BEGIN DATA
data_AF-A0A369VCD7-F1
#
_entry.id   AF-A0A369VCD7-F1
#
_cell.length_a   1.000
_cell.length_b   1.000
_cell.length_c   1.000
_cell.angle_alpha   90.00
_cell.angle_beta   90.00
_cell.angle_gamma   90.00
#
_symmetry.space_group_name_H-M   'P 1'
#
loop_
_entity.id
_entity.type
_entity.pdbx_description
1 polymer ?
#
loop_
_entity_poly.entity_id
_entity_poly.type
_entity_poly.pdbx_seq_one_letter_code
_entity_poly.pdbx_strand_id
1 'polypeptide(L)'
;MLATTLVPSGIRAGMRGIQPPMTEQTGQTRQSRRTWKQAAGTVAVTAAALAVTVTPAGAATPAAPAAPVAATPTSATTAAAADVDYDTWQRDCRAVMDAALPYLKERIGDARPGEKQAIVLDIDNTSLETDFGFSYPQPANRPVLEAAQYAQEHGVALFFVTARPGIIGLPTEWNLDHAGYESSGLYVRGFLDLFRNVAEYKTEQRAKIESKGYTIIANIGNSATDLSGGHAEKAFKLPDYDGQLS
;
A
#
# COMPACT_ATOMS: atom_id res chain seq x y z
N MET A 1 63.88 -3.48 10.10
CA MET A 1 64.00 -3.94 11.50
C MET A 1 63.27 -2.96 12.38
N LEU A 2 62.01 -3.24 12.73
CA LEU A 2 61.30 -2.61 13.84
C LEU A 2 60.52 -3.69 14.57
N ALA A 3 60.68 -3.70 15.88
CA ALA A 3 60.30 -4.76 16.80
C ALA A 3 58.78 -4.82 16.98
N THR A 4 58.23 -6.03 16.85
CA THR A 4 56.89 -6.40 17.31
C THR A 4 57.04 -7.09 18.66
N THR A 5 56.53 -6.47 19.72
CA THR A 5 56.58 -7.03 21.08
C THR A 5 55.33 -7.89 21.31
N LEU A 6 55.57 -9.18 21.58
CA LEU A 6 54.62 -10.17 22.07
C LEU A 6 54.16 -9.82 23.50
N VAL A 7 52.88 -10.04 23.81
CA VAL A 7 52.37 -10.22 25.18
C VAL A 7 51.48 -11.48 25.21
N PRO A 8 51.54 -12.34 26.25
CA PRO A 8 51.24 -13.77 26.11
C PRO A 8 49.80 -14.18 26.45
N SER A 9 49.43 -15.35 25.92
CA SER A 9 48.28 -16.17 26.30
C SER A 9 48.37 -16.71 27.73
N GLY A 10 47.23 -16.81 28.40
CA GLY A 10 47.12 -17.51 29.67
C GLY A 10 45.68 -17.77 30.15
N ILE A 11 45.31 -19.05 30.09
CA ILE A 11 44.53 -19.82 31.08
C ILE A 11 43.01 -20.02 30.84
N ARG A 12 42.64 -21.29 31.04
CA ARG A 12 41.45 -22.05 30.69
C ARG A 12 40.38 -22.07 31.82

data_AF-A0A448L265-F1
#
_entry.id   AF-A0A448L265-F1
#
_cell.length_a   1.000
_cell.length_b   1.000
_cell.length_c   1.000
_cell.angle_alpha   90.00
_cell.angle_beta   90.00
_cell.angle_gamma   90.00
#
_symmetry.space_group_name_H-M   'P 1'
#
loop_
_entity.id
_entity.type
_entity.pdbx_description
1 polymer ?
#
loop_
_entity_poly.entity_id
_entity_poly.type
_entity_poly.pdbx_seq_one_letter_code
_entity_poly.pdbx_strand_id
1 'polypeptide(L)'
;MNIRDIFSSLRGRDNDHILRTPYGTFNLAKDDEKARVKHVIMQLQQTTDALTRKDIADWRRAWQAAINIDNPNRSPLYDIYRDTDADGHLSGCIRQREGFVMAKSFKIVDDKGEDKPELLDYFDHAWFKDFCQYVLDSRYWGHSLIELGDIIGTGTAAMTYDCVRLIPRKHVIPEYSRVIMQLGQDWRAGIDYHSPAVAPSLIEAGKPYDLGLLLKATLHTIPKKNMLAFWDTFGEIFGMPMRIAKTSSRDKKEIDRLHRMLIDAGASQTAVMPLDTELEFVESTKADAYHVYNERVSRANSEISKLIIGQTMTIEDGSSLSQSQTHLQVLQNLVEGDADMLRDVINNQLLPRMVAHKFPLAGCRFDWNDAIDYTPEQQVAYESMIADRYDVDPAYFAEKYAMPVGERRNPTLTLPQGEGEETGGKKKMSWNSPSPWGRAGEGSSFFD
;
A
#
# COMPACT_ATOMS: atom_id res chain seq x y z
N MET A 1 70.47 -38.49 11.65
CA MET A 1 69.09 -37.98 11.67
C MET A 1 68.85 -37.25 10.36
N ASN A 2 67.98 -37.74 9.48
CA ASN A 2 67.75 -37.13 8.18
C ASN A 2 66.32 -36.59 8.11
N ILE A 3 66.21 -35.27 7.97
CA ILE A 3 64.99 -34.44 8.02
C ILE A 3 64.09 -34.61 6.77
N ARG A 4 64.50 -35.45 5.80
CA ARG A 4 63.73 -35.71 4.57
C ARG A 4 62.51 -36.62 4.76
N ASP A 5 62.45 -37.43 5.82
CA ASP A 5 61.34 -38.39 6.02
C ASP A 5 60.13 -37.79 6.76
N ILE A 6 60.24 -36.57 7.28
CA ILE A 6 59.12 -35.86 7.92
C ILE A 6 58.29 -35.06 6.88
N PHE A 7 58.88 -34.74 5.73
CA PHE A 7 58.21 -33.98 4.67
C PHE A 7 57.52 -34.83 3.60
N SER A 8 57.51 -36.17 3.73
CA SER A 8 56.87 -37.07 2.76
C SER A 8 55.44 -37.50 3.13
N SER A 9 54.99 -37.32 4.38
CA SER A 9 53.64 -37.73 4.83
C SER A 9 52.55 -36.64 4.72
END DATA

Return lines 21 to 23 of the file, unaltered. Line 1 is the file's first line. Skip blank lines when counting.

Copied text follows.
_entity_poly.entity_id
_entity_poly.type
_entity_poly.pdbx_seq_one_letter_code